Telus Corp., Canada’s third-largest wireless phone company, is asking the country’s broadcast regulator to ensure rivals including Shaw Communications Inc. can’t distribute television content exclusively to their mobile subscribers.
Telus is using public hearings that began today into Shaw’s C$2 billion ($1.9 billion) purchase of Canwest Global Communications Corp.’s television assets to argue against so- called content exclusivity.
Telus, which competes with Shaw and BCE Inc., said it wants the Canadian Radio-television and Telecommunications Commission to impose “unequivocal and enforceable rules” to stop Shaw from engaging in “abuse of market power,” according to a filing with the regulator. The request may prod the CRTC to impose rules for the first time on how television content is delivered to cell phones.
“Shaw is Telus’s worst nightmare,” said Iain Grant, managing director at Montreal-based Seaboard Research consulting firm. If the CRTC doesn’t block content exclusivity, Vancouver- based Telus may lose market share as customers “move to some carrier that offers what they’re looking for.”
With BCE’s proposed C$1.3 billion acquisition this month of CTV, Canada’s largest private broadcaster, all of Canada’s large telecommunications firms will soon own television assets, except for Telus.
George Cope, BCE’s chief executive officer, said Sept. 14 he plans to “leverage” exclusive CTV content to win customers. Shaw plans “in and out-of-home” offerings for its clients when its next-generation wireless network launches next year.
Telus may be left behind by its rivals if the CRTC doesn’t regulate the distribution of television content to wireless phones, analysts say.
Failing to regulate would undermine the Canadian broadcasting system, said Michael Hennessy, senior vice president for regulatory affairs for Telus. The current rules are “not clear and never been tested,” Hennessy said by telephone, adding the CRTC should “indicate that those rules are going to apply to any distributor.”
Aside from Telus, wireless entrants such as Globalive Communications Corp. or Public Mobile may also pressure the CRTC to prevent the spread of content exclusivity, said Michael Geist, a law professor at the University of Ottawa who specializes in technology.
“They’re going to be urged by a number of parties to try to establish some pretty clear guidelines,” Geist said.
Telus is at a disadvantage to rivals like Montreal-based BCE and Rogers Communications Inc., which own content providers. If Telus opts to buy content it will have to pay more, said Jeffrey Fan, an analyst with Scotia Capital.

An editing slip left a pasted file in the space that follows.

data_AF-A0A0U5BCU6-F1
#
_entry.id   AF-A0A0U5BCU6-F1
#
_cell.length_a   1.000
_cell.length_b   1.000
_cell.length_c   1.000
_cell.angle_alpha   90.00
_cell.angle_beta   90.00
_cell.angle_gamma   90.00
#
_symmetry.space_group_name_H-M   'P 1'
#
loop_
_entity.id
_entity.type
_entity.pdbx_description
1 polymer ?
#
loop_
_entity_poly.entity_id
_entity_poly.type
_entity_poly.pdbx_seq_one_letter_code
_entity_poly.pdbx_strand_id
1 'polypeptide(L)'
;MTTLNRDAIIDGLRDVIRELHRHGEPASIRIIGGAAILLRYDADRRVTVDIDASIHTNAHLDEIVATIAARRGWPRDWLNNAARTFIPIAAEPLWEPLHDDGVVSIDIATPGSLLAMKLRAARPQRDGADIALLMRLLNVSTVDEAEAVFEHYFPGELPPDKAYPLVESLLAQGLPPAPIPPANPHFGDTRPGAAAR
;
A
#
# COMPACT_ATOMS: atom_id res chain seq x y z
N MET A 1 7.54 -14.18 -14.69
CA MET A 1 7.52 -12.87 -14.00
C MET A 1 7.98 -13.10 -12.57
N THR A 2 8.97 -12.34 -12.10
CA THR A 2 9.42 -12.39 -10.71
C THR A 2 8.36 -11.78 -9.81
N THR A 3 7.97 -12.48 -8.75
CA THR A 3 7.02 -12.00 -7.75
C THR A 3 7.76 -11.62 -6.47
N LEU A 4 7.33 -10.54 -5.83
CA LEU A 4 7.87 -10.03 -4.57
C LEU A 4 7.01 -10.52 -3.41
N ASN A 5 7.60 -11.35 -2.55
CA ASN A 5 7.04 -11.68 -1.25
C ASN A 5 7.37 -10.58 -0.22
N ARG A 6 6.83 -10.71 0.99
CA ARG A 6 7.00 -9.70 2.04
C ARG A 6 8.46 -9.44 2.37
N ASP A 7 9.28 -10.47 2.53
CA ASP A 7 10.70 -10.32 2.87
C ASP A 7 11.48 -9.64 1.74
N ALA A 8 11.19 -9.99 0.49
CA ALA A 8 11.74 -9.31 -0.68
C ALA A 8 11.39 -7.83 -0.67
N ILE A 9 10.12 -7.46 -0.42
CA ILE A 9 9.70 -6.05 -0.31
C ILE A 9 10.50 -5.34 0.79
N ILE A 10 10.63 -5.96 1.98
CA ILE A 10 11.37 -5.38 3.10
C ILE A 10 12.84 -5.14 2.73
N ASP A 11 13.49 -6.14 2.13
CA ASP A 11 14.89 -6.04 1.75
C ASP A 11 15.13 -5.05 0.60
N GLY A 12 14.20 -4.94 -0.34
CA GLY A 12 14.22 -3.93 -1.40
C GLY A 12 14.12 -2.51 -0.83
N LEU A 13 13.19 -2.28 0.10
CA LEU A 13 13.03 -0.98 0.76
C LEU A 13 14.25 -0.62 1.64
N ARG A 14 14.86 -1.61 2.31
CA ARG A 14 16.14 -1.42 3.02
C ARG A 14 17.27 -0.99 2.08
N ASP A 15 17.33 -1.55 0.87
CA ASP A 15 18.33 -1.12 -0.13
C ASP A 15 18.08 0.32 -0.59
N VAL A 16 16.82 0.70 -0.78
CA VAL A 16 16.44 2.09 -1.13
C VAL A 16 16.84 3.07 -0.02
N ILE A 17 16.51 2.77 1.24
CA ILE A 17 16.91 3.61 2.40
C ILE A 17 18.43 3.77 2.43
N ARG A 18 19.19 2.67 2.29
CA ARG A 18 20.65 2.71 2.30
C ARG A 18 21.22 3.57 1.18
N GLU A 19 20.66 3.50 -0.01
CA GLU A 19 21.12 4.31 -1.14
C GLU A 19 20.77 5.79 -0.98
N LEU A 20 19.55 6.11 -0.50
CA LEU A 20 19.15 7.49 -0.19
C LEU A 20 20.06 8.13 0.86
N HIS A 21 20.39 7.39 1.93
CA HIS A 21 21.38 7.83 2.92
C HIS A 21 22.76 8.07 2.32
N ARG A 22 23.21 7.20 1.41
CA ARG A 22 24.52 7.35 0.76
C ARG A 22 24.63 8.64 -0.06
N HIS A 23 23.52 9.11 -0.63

Fan, who boosted his one-year target price for BCE shares by C$1.50 to C$31.50 after its agreement to buy CTV, said the “content gap” will eventually be reflected in Telus’s valuation.
“It all comes down to content cost -- if you don’t have it, your cost is going to go up,” he said. Fan doesn’t expect the CRTC will impose the rules Telus is seeking.
While the CRTC typically issues its rulings within 35 days of completing the review process, the regulator may hold off imposing new rules on Calgary-based Shaw. It may wait to see how far the distributors push the concept of content exclusivity as well as consumer reaction, said Michel Arpin, who was the CRTC’s broadcasting vice chairman until last month.
“It’s an interesting question and sooner or later it will be posed,” Arpin said. “It’s not unthinkable that the CRTC will conclude it agrees that distributors should have exclusive content,” he said, pointing to countries such as France and the U.K. where exclusive content is accepted.
Richard French, a public policy professor at the University of Ottawa who was one of two CRTC vice chairmen until 2007, said the regulator would be “stupid” if they opt to set rules for wireless distribution of TV signals. Still, the CRTC “would really like certain kind of broadcasting distribution rules to apply to the mobile business,” he said.
BCE, which said last week its Business News Network will be available to wireless clients, has seen a significant increase in mobile video demand since the 2010 Winter Olympics in Vancouver.
Toronto-based Rogers, Canada’s largest cable operator, offered matches from the FIFA World Cup exclusively to its wireless clients this summer. Still, Rob Bruce, president of Rogers’s Communications unit, said on an investor’s conference call Sept. 14 he expects the regulator may eventually step in.
“It’s difficult for me to believe that either economically or from a regulatory perspective that it will ever make complete sense to sell media properties only to your own customer base,” Bruce said.
Those comments were echoed by Jean-Francois Pruneau of Montreal-based Quebecor Inc., which launched its own mobile- phone service this year.
“Regulators will tell us what has to be done,” Pruneau, vice president of finance at Quebec’s largest private television network, cable and Internet operator, said in a Sept. 14 analyst call.